Nepali Times Asian Paints
From The Nepali Press
Trust the monarchy



Those who have studied Nepali political history understood long ago that politics flows upstream. This is nothing new. These are challenges that come with the transformation of society and evolution of a political system. A lack of leadership and our weak comprehension of political history kept us from recognising changing circumstances, which is why we find ourselves misgoverned and directionless. If we don't bring the situation under control, things will get worse.

Foreign powers are playing an active role because of our weakness. Their interference in small poor countries isn't novel. Our inefficiency makes it easier for them to meddle in our affairs. The nation must reach some kind of national consensus. The monarchy is the only institution in Nepal's political spectrum that has the capability of giving the country's history and political process a direction. The time has come for it to play a decisive role. All eyes are on the king. The political parties, foreigners and even the Maoist rebels, have accepted the stature of the king. He is in a position to make important decisions now.

There are only two powers in the country: one supports the constitution and the other does not. The king is for the constitution. The parliamentary parties are also committed to the constitution. Unfortunately, there is a crisis of confidence among the constitutional forces, and the anti-constitution bloc is taking advantage of the situation. This is a misunderstanding that has arisen from different concepts of democracy. Nepal cannot blindly follow foreign principles that say the king should stay away from politics, and only political parties should be responsible for the political processes in the kingdom.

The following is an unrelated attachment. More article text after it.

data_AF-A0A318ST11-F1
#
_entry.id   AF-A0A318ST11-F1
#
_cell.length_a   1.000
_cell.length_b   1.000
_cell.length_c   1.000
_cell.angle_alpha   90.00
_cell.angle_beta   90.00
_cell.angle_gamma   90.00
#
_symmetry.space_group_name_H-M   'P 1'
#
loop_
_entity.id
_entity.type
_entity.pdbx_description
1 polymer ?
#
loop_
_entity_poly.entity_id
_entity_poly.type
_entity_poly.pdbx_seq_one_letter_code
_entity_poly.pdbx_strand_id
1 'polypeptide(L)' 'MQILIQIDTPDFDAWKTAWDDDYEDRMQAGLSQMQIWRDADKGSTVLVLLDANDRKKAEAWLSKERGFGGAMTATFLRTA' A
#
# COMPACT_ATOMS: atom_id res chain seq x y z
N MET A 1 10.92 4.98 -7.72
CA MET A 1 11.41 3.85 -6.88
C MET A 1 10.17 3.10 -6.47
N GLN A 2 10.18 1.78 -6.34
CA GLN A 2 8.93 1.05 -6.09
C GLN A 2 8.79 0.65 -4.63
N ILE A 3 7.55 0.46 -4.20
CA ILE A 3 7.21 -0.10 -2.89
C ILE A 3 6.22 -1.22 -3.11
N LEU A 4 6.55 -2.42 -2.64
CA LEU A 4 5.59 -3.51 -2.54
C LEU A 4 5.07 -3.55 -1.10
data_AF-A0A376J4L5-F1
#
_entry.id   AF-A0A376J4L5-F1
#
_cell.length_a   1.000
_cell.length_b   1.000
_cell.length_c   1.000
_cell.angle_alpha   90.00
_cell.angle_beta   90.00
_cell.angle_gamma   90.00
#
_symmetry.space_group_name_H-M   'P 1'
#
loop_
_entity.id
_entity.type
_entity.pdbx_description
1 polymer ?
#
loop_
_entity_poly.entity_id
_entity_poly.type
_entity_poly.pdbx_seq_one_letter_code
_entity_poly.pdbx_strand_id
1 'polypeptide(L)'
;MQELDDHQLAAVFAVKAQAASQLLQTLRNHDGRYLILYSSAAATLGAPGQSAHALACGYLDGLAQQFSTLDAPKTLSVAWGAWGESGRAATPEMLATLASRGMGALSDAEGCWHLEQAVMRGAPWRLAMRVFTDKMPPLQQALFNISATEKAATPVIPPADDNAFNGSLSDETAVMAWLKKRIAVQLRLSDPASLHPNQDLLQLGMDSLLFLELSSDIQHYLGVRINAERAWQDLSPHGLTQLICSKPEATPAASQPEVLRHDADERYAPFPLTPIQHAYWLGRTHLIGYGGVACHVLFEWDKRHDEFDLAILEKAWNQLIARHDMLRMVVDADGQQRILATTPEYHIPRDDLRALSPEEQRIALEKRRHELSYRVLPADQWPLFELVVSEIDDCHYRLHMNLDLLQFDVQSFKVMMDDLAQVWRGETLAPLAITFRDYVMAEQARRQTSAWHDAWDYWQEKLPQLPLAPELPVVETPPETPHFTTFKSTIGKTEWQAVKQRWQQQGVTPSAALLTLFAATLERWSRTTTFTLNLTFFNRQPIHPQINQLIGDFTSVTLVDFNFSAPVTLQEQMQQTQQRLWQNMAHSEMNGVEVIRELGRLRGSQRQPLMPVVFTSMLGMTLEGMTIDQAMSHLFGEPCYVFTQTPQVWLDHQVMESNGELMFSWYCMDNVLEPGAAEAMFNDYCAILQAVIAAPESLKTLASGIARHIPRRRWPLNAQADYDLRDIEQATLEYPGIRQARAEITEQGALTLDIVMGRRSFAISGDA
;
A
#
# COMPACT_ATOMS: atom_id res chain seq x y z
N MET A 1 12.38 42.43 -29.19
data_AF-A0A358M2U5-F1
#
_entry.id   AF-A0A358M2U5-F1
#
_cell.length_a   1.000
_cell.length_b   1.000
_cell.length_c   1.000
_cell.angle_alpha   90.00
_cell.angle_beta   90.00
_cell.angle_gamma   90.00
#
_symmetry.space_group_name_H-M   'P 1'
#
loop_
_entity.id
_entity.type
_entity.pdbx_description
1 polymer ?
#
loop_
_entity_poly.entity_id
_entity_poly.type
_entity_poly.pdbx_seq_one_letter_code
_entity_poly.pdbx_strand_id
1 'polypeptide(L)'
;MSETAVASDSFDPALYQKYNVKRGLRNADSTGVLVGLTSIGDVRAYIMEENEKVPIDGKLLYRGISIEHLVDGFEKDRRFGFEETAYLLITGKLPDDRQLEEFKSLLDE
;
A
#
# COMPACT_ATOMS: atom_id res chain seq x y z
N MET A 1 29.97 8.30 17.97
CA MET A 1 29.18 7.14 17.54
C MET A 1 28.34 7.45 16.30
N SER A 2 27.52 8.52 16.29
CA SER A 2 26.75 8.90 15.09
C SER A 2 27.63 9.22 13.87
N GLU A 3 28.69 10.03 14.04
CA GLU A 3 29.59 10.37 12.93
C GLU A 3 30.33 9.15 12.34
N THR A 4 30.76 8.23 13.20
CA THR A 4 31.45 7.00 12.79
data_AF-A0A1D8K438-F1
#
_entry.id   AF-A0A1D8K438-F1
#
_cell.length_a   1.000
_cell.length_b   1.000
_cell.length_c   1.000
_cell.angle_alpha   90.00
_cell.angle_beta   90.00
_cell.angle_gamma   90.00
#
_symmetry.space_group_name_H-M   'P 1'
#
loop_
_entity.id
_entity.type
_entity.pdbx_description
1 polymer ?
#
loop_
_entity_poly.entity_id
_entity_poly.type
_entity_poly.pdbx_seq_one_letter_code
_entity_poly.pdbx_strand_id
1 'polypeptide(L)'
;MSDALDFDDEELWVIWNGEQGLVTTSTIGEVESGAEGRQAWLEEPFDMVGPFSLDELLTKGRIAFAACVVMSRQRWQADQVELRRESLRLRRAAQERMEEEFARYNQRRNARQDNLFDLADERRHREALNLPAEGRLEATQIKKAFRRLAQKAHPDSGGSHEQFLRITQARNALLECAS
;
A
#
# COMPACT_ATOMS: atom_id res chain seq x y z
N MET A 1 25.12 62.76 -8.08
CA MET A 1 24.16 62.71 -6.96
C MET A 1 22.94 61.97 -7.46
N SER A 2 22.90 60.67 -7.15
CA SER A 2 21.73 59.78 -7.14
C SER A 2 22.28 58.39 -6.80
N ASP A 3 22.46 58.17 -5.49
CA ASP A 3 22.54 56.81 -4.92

Our country has a different historical and social setting. The king represents a political force and a history. The existence of the monarchy is knitted into the very fabric of Nepal. Everyone should reaffirm faith in this institution and get on with nation-building. Why isn't this happening?

On one hand the political and the constitutional forces have not been able to reach an agreement. On the other, we cannot transform society if we exclude the historical unifier of Nepali society. This is not to say that we must revive the monarchy but we should at least trust it. The political upheaval of 1960 was due to differing views between King Mahendra and BP Koirala. In essence, their rift still divides the country today. But we know that without nationalism, democracy has no value. On the other hand, the country can't be strong without democracy. We need to find an inclusive mantra that combines nationality and democracy.

The fate of the nation is in the balance. And as far as the Maoists are concerned, if they are nationalists and value sovereignty, they should understand they are the reason external threats are increasing. It is up to them to negotiate with the constitutional forces so disaster doesn't befall Nepal.


LATEST ISSUE
638
(11 JAN 2013 - 17 JAN 2013)


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